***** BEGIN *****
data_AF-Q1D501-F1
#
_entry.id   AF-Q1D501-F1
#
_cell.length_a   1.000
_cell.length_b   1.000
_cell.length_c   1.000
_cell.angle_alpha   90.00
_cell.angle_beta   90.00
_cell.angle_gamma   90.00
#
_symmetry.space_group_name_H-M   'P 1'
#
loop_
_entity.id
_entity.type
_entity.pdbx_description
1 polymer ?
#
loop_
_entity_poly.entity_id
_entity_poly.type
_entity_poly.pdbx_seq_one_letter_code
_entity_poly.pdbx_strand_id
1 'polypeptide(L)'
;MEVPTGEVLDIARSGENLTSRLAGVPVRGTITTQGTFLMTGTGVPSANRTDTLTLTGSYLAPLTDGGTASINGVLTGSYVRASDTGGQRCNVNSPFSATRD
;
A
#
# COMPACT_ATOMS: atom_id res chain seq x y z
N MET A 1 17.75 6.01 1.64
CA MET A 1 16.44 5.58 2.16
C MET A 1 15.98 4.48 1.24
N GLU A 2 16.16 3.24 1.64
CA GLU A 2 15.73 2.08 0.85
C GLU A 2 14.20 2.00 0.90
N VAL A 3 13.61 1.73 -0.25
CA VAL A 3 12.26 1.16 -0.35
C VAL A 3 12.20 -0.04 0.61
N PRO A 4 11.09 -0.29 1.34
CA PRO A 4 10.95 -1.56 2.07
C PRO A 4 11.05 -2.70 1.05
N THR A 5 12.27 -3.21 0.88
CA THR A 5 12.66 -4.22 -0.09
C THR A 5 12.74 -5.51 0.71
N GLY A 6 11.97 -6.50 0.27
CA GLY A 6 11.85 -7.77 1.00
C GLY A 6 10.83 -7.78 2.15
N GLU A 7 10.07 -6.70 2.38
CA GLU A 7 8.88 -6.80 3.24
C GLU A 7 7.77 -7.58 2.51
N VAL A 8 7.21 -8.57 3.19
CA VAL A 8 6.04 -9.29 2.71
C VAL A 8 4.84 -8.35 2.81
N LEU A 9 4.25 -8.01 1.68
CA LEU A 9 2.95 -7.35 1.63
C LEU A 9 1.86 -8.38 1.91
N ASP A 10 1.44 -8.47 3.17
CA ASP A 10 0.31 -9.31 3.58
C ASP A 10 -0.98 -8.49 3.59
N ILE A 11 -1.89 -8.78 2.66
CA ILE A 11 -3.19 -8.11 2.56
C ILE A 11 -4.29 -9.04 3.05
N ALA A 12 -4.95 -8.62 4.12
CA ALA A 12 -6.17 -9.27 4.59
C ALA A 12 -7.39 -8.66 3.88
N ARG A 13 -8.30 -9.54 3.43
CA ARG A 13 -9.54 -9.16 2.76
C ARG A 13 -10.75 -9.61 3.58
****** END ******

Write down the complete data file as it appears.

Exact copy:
data_AF-Q1D501-F1
#
_entry.id   AF-Q1D501-F1
#
_cell.length_a   1.000
_cell.length_b   1.000
_cell.length_c   1.000
_cell.angle_alpha   90.00
_cell.angle_beta   90.00
_cell.angle_gamma   90.00
#
_symmetry.space_group_name_H-M   'P 1'
#
loop_
_entity.id
_entity.type
_entity.pdbx_description
1 polymer ?
#
loop_
_entity_poly.entity_id
_entity_poly.type
_entity_poly.pdbx_seq_one_letter_code
_entity_poly.pdbx_strand_id
1 'polypeptide(L)'
;MEVPTGEVLDIARSGENLTSRLAGVPVRGTITTQGTFLMTGTGVPSANRTDTLTLTGSYLAPLTDGGTASINGVLTGSYVRASDTGGQRCNVNSPFSATRD
;
A
#
# COMPACT_ATOMS: atom_id res chain seq x y z
N MET A 1 17.75 6.01 1.64
CA MET A 1 16.44 5.58 2.16
C MET A 1 15.98 4.48 1.24
N GLU A 2 16.16 3.24 1.64
CA GLU A 2 15.73 2.08 0.85
C GLU A 2 14.20 2.00 0.90
N VAL A 3 13.61 1.73 -0.25
CA VAL A 3 12.26 1.16 -0.35
C VAL A 3 12.20 -0.04 0.61
N PRO A 4 11.09 -0.29 1.34
CA PRO A 4 10.95 -1.56 2.07
C PRO A 4 11.05 -2.70 1.05
N THR A 5 12.27 -3.21 0.88
CA THR A 5 12.66 -4.22 -0.09
C THR A 5 12.74 -5.51 0.71
N GLY A 6 11.97 -6.50 0.27
CA GLY A 6 11.85 -7.77 1.00
C GLY A 6 10.83 -7.78 2.15
N GLU A 7 10.07 -6.70 2.38
CA GLU A 7 8.88 -6.80 3.24
C GLU A 7 7.77 -7.58 2.51
N VAL A 8 7.21 -8.57 3.19
CA VAL A 8 6.04 -9.29 2.71
C VAL A 8 4.84 -8.35 2.81
N LEU A 9 4.25 -8.01 1.68
CA LEU A 9 2.95 -7.35 1.63
C LEU A 9 1.86 -8.38 1.91
N ASP A 10 1.44 -8.47 3.17
CA ASP A 10 0.31 -9.31 3.58
C ASP A 10 -0.98 -8.49 3.59
N ILE A 11 -1.89 -8.78 2.66
CA ILE A 11 -3.19 -8.11 2.56
C ILE A 11 -4.29 -9.04 3.05
N ALA A 12 -4.95 -8.62 4.12
CA ALA A 12 -6.17 -9.27 4.59
C ALA A 12 -7.39 -8.66 3.88
N ARG A 13 -8.30 -9.54 3.43
CA ARG A 13 -9.54 -9.16 2.76
C ARG A 13 -10.75 -9.61 3.58